One such example is Jean Burns, the subject of Aileen Dent’s 1942 Archibald portrait, whose family was unaware the painting had been in the Archibald until they spoke with us.

Burns joined the junior Royal Victorian Aero Club at age 14 as the only girl trying to break into an all-male field. At 16 she was flying, and in 1937 at 17 years of age she gained her A-class pilot’s licence. That same year, for a bet to gain additional free flying hours, Burns parachuted from a plane at about 1000m, making her not only Australia’s youngest female pilot but also our first female parachutist. You can watch a video of her second jump on Facebook.

Burns was aged 20 and quite a celebrity when Dent painted her portrait, which was printed onto postcards and sold to assist the war effort. Dent is also a record holder as the most-exhibited woman artist in the Archibald, with 63 works between 1921 and 1962. According to Burns’s family, artist and subject first met through Jean’s father, Robert Burns. Dent used to paint around Launching Place, Victoria, which is where Robert and a young Jean went fishing and camping.

Seated woman with long dark hair hanging over her right shoulder and a short fringe. She is wearing a sleeveless high-necked white top and short khaki skirt. She sits with her right leg over her left on a piece of blue and white striped fabric draped over a seat, her right hand resting on her left thigh.

Andrea Andre Sabine Buehler, Archibald Prize 1969 © the artist's estate. Image courtesy the sitter

Connecting with Sabine Buehler regarding her portrait by Andrea Andre in the 1969 Archibald Prize revealed her feelings for that moment in her life that had been captured by the artist, a family friend for whom she had modelled on a number of occasions.

‘My mother, sister and I met Andrea Andre and her two children on an Italian migrant ship in December 1952,’ Buehler recounts. ‘Both families came from Germany and were on their way to reunite with the respective husbands and fathers who had come to Australia some time earlier.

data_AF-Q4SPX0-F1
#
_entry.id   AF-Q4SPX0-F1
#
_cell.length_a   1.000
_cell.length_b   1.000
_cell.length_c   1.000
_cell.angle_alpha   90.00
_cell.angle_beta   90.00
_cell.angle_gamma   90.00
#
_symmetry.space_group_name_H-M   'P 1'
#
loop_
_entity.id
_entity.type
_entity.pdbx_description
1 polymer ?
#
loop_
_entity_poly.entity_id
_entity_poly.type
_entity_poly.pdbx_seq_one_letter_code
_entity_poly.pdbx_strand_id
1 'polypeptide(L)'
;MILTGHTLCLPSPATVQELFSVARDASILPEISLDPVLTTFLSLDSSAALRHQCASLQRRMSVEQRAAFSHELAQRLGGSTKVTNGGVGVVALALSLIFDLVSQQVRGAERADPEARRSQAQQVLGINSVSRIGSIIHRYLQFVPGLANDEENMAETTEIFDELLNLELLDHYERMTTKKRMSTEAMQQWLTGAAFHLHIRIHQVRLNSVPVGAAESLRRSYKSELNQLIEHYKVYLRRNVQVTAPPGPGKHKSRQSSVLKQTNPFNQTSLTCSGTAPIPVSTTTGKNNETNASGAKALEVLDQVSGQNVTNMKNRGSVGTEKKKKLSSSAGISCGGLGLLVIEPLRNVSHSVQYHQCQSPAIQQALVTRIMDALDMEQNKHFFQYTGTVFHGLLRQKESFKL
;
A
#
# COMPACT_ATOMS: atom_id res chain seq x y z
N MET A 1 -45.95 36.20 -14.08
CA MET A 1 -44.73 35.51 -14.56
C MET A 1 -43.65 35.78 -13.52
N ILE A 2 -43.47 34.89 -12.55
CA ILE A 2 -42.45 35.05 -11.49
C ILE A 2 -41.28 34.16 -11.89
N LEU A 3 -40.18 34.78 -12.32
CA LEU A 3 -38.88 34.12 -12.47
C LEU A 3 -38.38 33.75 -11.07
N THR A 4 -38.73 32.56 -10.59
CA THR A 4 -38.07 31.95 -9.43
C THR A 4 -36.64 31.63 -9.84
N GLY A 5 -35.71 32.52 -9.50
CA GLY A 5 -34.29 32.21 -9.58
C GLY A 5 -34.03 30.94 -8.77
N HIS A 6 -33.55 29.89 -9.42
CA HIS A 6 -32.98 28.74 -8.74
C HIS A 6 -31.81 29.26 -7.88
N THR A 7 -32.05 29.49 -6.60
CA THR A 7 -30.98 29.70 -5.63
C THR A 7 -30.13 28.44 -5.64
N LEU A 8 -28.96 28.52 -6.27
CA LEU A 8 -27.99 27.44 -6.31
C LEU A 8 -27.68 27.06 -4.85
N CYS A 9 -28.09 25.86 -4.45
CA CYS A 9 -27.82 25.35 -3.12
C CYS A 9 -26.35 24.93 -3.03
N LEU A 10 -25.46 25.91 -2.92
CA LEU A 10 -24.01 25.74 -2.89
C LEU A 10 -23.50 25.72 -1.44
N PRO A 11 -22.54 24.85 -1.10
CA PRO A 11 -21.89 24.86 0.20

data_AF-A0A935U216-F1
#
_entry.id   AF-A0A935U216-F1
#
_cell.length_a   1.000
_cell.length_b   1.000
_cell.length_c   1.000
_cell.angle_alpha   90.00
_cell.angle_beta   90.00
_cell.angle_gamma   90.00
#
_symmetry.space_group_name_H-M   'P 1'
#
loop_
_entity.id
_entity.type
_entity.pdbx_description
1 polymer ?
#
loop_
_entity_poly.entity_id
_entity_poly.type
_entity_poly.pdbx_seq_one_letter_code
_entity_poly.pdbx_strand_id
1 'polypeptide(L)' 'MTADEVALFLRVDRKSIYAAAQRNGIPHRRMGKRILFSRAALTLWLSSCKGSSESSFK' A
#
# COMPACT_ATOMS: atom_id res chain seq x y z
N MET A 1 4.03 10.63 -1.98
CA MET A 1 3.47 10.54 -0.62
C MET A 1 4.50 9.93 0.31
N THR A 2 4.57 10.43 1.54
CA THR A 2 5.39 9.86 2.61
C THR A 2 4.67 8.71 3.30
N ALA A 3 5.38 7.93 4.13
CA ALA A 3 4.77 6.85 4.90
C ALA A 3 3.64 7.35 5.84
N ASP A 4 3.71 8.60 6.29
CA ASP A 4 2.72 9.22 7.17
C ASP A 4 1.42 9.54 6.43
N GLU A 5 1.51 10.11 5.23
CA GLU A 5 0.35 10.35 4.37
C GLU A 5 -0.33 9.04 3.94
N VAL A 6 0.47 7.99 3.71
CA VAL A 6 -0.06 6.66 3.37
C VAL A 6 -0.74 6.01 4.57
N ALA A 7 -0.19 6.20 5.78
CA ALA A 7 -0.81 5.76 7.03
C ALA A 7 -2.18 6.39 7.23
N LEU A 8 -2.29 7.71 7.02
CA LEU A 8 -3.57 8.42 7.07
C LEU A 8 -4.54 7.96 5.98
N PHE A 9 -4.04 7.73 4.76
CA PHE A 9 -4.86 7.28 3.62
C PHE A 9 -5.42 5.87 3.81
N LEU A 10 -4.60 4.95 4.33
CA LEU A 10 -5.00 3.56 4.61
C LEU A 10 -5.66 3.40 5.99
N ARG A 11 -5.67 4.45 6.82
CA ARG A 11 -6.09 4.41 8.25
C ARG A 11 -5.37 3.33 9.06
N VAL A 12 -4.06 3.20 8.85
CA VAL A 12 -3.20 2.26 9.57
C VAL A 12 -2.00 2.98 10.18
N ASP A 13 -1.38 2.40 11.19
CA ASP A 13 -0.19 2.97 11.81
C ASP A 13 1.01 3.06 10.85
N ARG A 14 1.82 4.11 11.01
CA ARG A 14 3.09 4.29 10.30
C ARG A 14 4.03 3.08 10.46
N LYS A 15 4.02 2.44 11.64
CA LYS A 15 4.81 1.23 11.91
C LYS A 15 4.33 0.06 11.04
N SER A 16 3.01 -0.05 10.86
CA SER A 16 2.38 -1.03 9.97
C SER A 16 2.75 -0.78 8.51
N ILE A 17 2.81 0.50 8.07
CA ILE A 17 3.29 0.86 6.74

‘From 1965 to early 1969 I was overseas – the first two years spent working in Papua New Guinea and then hitchhiking through a large part of the world following the hippie trail. When I returned, Andrea asked me to model for this portrait which I think she entitled Migrant woman. She felt strongly that migrants made a significant contribution to Australian society.

‘I am now 75 years old and when I look at this picture, which hangs in my studio, I wonder where the years went since this adventurous young woman sat patiently while Andrea meticulously applied layer upon layer of paint to re-create my image.’

Woman in a grey armchair, her two hands on its right arm. Her long dark hair is pulled back, revealing an earring with a face dangling from her right ear. She is wearing dark buttoned-up top with dark pink cuffs, collar and flowers and dark green leaves. A similar floral motif is in background wallpaper and foreground furniture.

Fiona O’Beirne Portrait of Alexandra Karpin, Archibald Prize 1988 © the artist. Image courtesy the artist

Through my investigations, I have heard from numerous artists how being selected in the Archibald Prize gave them hope and affirmed their artistic path, particularly during times of struggle.

Fiona O’Beirne entered a portrait of her friend Alexandra Karpin, then president of the Sydney Printmakers Association, into the 1988 Archibald competition.

‘I went to her house to draw her because I was technically homeless,’ says O’Beirne. ‘1988 was the year of the Bicentenary of the landing of the First Fleet so hundreds of Inner Sydney landlords evicted their tenants in the hope of making a huge profit by charging exorbitant rents to the expected influx of tourists. I was one of those people who was evicted and therefore temporarily moved back with my parents because of the difficulty of finding other accommodation in Sydney. I was totally shocked at getting into the Archibald and it was the one very bright spot in an otherwise bad year.’

Images of these portraits are now included in our online prizes archive, which records all the works that have been exhibited in the Archibald since 1921, as well as works from the Wynne, Sulman and Dobell Prizes. And we’re adding to it all the time.

At the time of writing, we’ve found at least a reference image for around 2700 Archibald works (although not all of these can be reproduced online) and determined the location of around 1600 portraits.

Never again will I go anywhere without looking for and taking a snap of a possible Archie portrait. If you know of a work in a private collection that you think might be an Archibald portrait, or if you have contact details for an artist who is listed online without images of their work, let us know via email at Archie100@ag.nsw.gov.au or write to Archie 100 Project, Art Gallery of New South Wales, Art Gallery Road, The Domain NSW 2000.